While political reforms are critical, it is imperative and prudent to note that they are necessary but not sufficient for a successful journey to a prosperous Zimbabwe. With a solid foundation anchored in agreed and implemented political reforms,
Zimbabweans must then collectively develop and adopt a shared national vision and strategy with three pillars — social, political and economic. The vision framework must have overarching values and principles to underpin a new dispensation. Mega-impact projects must be identified, which will have a disproportionate impact on economic growth and gross domestic product. To complement the shared national vision, a national brand must be crafted to sharpen country competitiveness and foster country reputation management.
Implementation, planning and dogged execution must accompany all national plans, while monitoring and evaluation are dutifully applied. There is need to develop detailed economic blueprints and implementation plans for all key sectors such as agriculture, mining, infrastructure, manufacturing, health, education and tourism, with emphasis on moving up global value chains, innovation and entrepreneurship, use of high technology and climate change — proofing of all initiatives.
In addressing the prevailing debilitating economic challenges, holistic solutions targeting the underlying causes must always be sought. For example, the currency crisis is a symptom of the general economic malaise pervading the country. This must be taken cognisance of. One can introduce as many currencies or reforms as they wish, but without addressing the fundamental issues, it will all be in vain. Currency reforms must be predicated upon confidence and trust in the country and its economy by its citizens, businesses and investors. There must be enhanced productivity and production as a foundation for effective currency interventions. There must be reserves to back any new currency while fiscal consolidation, coupled with the elimination of profligacy, is instituted.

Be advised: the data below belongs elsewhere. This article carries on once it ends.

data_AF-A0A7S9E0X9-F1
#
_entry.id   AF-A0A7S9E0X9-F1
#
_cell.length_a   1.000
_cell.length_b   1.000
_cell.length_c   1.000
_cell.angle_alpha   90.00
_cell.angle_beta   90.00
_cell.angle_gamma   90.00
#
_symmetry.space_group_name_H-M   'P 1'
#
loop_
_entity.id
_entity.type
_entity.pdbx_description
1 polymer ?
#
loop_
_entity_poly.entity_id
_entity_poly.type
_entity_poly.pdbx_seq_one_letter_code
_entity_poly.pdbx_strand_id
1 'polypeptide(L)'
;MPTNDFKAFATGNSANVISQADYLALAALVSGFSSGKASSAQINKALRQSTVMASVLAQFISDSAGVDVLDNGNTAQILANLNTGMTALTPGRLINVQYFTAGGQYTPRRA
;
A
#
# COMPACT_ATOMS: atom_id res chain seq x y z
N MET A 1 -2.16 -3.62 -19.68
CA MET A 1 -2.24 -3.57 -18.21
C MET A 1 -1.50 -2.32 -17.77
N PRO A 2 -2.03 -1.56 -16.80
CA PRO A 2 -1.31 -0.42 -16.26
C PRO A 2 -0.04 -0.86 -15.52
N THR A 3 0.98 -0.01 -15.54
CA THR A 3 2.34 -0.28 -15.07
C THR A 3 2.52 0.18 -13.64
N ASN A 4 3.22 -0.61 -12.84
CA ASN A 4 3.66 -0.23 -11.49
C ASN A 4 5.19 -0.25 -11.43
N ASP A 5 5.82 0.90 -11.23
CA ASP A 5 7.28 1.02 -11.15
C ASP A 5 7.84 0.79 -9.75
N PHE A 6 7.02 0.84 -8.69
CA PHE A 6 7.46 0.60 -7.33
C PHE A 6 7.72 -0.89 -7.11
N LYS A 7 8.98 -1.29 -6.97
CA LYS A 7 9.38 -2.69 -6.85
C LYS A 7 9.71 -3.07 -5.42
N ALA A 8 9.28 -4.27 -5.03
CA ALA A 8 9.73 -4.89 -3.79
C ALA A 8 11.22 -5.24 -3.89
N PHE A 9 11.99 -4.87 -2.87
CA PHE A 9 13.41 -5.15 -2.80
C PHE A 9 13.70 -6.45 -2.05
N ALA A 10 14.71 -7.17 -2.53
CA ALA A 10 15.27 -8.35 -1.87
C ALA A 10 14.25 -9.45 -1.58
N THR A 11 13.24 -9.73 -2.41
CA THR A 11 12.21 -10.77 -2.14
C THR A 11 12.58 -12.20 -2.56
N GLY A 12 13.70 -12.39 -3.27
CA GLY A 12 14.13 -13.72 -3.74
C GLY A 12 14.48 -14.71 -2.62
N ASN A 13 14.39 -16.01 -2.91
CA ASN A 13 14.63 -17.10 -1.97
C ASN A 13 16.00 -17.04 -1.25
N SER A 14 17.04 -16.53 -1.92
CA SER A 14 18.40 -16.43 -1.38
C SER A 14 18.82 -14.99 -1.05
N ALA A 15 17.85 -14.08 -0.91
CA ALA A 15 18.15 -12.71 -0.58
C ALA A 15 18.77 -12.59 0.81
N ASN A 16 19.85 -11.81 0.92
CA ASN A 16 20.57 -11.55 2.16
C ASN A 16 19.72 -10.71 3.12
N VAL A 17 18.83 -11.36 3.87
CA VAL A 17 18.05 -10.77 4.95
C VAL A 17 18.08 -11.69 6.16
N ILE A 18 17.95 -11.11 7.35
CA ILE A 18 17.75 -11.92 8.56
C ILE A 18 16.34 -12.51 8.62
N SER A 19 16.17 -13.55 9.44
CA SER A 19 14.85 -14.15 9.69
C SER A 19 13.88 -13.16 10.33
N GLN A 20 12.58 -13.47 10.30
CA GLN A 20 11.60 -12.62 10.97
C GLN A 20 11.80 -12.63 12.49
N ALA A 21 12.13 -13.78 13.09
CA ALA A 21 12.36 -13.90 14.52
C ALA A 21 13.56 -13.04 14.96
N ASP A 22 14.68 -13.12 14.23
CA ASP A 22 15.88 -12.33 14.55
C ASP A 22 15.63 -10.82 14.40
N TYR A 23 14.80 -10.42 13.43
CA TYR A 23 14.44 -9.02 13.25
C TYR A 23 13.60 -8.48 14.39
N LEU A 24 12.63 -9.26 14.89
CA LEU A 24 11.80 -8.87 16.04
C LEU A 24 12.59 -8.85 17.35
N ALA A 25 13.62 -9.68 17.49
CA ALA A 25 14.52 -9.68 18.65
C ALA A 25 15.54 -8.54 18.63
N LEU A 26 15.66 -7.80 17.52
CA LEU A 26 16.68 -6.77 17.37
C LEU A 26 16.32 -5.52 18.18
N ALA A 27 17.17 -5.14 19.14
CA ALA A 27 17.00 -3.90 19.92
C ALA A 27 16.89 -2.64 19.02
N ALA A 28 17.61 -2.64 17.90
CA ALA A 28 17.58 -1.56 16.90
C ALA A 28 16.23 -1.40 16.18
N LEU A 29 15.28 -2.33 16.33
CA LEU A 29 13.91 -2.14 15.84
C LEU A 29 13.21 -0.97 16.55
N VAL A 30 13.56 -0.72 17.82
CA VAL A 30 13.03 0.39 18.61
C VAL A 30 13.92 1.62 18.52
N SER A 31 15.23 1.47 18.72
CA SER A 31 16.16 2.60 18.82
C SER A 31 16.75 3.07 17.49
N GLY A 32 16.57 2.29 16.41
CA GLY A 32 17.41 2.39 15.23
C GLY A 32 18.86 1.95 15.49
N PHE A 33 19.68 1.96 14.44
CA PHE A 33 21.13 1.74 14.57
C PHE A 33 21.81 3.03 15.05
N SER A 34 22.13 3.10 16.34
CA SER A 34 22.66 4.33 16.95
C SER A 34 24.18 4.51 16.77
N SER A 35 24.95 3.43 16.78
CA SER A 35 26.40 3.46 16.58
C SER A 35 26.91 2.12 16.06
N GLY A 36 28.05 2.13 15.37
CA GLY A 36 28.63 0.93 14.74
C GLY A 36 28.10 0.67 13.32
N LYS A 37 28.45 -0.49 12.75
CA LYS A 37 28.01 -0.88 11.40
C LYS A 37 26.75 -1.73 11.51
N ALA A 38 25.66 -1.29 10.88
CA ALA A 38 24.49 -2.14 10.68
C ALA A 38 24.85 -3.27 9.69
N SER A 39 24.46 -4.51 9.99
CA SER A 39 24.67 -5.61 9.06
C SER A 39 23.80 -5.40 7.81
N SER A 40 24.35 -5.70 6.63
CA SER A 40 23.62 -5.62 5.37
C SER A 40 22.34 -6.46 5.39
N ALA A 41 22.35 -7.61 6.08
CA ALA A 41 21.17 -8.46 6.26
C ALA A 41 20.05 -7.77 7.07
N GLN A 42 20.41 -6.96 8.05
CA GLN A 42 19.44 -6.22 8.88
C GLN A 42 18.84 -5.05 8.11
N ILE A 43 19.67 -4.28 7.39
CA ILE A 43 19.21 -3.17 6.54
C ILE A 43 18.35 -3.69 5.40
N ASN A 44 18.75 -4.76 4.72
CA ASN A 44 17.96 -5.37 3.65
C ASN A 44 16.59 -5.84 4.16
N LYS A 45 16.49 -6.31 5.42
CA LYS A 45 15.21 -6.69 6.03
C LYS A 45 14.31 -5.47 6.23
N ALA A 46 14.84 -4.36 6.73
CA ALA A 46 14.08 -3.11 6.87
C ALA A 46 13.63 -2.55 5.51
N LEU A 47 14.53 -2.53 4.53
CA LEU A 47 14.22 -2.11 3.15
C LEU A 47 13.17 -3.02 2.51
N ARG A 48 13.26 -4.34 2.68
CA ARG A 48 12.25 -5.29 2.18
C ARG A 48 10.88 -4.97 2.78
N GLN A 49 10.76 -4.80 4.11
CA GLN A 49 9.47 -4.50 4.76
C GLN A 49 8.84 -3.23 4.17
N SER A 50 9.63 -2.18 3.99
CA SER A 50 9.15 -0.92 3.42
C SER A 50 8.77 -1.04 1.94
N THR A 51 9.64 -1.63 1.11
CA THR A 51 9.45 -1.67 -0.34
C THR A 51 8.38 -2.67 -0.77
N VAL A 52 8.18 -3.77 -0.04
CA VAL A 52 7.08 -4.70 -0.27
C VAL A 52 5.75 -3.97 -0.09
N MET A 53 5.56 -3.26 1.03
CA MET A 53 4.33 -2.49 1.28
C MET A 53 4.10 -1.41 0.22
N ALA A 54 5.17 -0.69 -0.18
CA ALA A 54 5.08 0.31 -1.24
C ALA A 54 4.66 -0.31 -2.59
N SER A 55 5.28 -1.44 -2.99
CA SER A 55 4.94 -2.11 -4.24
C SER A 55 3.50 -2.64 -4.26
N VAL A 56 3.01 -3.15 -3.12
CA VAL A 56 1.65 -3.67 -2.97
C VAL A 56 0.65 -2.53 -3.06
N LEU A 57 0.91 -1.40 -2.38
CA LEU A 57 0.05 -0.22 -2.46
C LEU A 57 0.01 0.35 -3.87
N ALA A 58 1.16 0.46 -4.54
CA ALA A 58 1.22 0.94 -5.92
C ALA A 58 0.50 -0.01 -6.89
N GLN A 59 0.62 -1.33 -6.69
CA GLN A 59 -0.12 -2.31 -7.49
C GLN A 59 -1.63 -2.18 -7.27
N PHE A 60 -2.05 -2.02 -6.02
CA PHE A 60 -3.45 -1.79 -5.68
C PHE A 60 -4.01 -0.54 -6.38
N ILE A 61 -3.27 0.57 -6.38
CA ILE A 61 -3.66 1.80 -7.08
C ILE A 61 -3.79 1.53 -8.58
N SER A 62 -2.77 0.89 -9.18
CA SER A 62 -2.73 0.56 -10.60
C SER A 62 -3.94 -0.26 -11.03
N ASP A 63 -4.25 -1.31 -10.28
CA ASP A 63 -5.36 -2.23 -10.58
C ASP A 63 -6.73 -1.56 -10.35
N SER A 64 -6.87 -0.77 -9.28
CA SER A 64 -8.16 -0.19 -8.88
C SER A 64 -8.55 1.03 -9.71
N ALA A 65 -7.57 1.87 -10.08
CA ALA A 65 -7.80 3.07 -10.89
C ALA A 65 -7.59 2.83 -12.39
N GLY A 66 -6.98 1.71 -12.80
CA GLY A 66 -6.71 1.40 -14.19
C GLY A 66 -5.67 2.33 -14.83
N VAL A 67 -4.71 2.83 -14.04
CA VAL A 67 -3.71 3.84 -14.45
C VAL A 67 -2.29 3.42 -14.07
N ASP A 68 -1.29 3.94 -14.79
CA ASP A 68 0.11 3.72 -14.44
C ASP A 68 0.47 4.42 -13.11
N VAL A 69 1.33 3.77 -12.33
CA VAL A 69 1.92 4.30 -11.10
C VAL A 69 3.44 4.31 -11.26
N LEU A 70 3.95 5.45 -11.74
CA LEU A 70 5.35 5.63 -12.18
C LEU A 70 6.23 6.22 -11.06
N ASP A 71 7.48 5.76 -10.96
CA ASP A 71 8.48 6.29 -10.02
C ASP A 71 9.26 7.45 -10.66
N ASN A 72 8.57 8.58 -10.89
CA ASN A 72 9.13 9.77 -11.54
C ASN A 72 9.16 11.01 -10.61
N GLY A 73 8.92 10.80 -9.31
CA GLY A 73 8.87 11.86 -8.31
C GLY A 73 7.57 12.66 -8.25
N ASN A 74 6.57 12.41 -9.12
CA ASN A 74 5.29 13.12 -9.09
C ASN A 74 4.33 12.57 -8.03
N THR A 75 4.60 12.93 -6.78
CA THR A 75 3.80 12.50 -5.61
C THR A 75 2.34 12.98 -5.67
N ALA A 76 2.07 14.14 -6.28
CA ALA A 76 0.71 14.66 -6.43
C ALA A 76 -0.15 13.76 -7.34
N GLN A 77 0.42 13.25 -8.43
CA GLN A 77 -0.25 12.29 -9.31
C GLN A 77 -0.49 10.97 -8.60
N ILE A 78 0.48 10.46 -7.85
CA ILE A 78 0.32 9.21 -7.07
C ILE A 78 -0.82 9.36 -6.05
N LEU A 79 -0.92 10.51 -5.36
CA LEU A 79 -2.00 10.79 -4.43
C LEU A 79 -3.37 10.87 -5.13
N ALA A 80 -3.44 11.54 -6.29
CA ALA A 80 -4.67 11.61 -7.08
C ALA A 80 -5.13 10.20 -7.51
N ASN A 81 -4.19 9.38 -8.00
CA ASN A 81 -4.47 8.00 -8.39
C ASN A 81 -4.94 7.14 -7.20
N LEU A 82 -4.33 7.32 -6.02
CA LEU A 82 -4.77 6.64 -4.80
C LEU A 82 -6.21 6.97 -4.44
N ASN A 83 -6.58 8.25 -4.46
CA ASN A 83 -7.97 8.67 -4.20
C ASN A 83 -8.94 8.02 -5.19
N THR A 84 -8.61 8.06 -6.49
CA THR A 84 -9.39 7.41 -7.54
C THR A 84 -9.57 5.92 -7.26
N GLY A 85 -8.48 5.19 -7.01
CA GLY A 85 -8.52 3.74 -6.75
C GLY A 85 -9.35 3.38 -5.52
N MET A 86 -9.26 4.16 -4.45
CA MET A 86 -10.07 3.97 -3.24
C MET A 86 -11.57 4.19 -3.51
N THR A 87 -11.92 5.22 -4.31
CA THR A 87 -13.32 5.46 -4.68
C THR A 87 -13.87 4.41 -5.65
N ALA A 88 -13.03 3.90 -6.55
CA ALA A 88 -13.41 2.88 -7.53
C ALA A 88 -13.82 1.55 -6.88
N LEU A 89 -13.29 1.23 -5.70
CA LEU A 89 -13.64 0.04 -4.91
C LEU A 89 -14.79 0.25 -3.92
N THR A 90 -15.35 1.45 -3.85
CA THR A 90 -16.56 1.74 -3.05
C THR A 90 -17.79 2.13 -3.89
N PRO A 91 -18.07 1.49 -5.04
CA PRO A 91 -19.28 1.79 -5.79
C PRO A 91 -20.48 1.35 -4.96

There is a need to ring-fence savings, deposits and pensions from the potential value destruction that might be occasioned by currency reforms.
Sanctions constitute a symptom of bigger problems in Zimbabwe. Zimbabweans must solve these more significant and massive challenges by embracing what has been articulated above. Sanctions are not the core issue in Zimbabwe. In any case, Zimbabweans must address the reasons why the sanctions were imposed in the first place. This must be done, not to please the external players — the imposers of sanctions — but in pursuit of our national interest. For the avoidance of doubt, this does not imply reversing the land reform programme.
Not at all. Furthermore, we must address self-imposed sanctions, which are in the form of corruption, primitive accumulation, misgovernance, the rigging of elections, violation of human rights, disrespect of the rule of law, police brutality, and general subjugation of citizens.
Beyond the country, Zimbabwe must leverage continental integration and the Fourth Industrial Revolution. Africans across the continent must take a vested interest approach to the resolution of Zimbabwean challenges. Why? First and foremost, all people of African descent are the same people. Ubuntu and Pan Africanism bind us together. Secondly, the economic prosperity of African countries is inextricably linked. Under globalisation our African economies will flourish or degenerate together.
The above framework will constitute the best path to a prosperous Zimbabwe.
l Arthur Mutambara is Zimbabwe’s former deputy prime minister.